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First female partner in Evansville wins Greshem Award

January 1, 2007
Rebecca Berfanger
The Evansville Bar Association presented Evansville attorney Sheila M. Corcoran with the James Bethel Greshem Award at the bar association's annual Law Day dinner. Corcoran practices with Berger & Berger in Evansville. The James Bethel Greshem Freedom Award recognizes and honors individuals who have distinguished themselves in activities or careers that have elevated respect for the law, promote freedom, or further the ideals of Law Day. The award's namesake lived in Evansville from 1901 to 1914 and is believed to have...
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Supreme Court revises rules, creates new committees

January 1, 2007
Michael Hoskins
The Indiana Supreme Court has created two new committees to study issues relating to pro se litigants and child advocacy.The Planning Committee on Self-Represented Litigants will provide a long-range strategy for improving access to justice for pro se litigations, including protocols for judges and clerks or general guidance to courts, legal service providers, and public organizations. This group will meet at least four times a year and recommend policy or procedure changes to the Supreme Court.The number of members isn't outlined,...
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Court rules on habeas corpus competency case

January 1, 2007
Jennifer Nelson
The 7th Circuit Court of Appeals ruled in a case of first impression today regarding a prisoner's competency to continue on with habeas corpus proceedings. In its decision, the Circuit Court remanded to the District Court. Circuit Judge Richard Posner wrote the court finds it odd to think that someone who initiates a habeas corpus proceeding can then later freeze it by claiming to be mentally incompetent. That is what Eric Holmes is claming in Eric D. Holmes v. Edwin G....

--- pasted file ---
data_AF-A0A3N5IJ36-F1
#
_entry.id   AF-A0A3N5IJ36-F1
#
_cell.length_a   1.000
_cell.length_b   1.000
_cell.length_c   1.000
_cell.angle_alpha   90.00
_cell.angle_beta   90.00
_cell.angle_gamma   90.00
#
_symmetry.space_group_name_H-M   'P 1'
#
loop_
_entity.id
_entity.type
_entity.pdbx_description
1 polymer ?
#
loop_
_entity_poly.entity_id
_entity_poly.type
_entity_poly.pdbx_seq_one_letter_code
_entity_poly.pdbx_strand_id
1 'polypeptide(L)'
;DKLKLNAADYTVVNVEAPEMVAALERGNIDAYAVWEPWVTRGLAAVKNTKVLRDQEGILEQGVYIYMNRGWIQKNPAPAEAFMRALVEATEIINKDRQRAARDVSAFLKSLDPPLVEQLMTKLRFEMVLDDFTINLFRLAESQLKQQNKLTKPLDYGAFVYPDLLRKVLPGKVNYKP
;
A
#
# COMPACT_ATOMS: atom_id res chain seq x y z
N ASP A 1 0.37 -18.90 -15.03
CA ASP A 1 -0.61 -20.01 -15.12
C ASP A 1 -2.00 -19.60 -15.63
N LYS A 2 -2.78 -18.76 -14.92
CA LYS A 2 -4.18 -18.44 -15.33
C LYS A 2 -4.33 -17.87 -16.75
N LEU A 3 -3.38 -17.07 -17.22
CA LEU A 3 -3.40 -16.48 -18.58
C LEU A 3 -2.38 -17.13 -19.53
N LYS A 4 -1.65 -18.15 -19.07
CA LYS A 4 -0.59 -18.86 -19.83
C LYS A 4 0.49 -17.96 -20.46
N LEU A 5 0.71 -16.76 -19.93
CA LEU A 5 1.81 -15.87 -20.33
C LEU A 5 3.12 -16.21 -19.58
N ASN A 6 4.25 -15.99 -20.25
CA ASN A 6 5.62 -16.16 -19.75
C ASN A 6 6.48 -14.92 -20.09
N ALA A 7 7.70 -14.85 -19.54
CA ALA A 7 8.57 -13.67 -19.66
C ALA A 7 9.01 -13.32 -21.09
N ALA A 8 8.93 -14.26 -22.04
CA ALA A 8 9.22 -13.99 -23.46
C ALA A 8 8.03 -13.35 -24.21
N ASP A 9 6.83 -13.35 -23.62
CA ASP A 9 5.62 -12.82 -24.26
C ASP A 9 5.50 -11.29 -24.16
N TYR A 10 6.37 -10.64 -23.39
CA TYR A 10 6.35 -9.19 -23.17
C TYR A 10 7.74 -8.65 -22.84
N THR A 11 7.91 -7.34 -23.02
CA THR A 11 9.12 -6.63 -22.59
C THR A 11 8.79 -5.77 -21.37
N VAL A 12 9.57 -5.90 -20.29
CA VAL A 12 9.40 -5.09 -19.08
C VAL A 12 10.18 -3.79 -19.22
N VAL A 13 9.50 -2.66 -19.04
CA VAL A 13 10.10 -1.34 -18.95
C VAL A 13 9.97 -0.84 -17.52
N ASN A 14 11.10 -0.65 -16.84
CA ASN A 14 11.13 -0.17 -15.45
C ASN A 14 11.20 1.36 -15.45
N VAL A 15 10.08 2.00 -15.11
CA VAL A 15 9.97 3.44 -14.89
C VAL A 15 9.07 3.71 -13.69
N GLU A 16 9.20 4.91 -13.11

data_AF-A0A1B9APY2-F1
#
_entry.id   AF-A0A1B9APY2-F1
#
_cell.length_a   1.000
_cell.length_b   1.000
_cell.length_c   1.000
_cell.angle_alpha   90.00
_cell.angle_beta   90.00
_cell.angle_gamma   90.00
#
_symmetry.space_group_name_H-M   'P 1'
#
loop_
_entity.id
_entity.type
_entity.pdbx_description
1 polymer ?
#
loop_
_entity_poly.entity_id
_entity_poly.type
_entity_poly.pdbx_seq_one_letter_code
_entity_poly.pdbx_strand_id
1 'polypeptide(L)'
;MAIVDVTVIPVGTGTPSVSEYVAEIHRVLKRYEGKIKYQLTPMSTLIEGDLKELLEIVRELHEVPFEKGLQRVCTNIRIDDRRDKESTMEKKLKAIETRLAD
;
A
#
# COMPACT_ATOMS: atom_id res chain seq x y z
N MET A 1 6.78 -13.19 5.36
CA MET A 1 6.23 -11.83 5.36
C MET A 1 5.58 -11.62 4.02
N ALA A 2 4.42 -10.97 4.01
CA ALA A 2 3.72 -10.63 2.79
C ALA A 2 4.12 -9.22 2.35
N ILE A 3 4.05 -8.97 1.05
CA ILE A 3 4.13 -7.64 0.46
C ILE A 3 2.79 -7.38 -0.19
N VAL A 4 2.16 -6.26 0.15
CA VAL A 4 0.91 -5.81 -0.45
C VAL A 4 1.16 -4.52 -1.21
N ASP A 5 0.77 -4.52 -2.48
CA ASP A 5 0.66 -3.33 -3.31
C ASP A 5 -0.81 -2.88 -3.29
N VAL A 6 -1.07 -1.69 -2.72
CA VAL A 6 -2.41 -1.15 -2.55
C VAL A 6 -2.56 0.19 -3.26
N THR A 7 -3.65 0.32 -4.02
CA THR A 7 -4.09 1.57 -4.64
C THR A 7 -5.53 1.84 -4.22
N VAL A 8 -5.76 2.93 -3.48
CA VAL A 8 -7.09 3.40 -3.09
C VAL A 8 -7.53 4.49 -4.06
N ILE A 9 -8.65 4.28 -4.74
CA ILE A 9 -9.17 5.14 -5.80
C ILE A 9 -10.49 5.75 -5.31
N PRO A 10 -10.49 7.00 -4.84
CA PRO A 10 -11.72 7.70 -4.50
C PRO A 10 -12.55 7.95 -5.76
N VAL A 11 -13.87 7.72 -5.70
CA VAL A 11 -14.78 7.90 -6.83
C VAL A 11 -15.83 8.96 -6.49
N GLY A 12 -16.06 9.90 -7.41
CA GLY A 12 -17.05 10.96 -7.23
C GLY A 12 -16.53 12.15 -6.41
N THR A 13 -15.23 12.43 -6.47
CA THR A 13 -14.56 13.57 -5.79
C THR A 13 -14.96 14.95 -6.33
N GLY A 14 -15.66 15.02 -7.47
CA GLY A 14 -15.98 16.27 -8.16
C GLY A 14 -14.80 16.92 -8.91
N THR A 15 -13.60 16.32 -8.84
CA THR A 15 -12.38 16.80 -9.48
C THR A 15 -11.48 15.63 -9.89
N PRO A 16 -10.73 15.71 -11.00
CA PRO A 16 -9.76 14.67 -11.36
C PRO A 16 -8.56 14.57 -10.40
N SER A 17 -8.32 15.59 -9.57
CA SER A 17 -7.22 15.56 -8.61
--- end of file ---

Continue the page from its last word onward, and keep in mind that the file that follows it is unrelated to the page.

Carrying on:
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Indiana RV makers being sued over hurricane-issued trailers

January 1, 2007
Michael Hoskins
More than a dozen RV manufacturers that supplied the Federal Emergency Management Agency with trailers following Hurricane Katrina are being sued in federal court in Louisiana, including a handful based in Indiana.A suit filed this week in the Eastern District of Louisiana in New Orleans accuses the manufacturers of using inferior construction materials in a profit-driven rush to build the trailers for the federal government. The 63-page filing includes nearly 50 pages of more than 500 plaintiffs who've lived in the...
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Court: Buyer's remorse doesn't entitle refund

January 1, 2007
Jennifer Nelson
An Indiana Supreme Court ruling reinforces the phrase "buyer beware" during tax sales, affirming that a purchaser at a tax sale who doesn't seek a tax deed as required under Indiana Code is not entitled to a partial refund of the purchase price. In the case In Re: Parcels Sold for Delinquent Taxes, Vanderburgh County Auditor et al. v. Michiana Campgrounds, LLC, 82S01-0701-CV2, the Supreme Court yesterday reversed the trial court's grant of Michiana's motion for a refund of the purchase price...
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Court rules on police investigation methods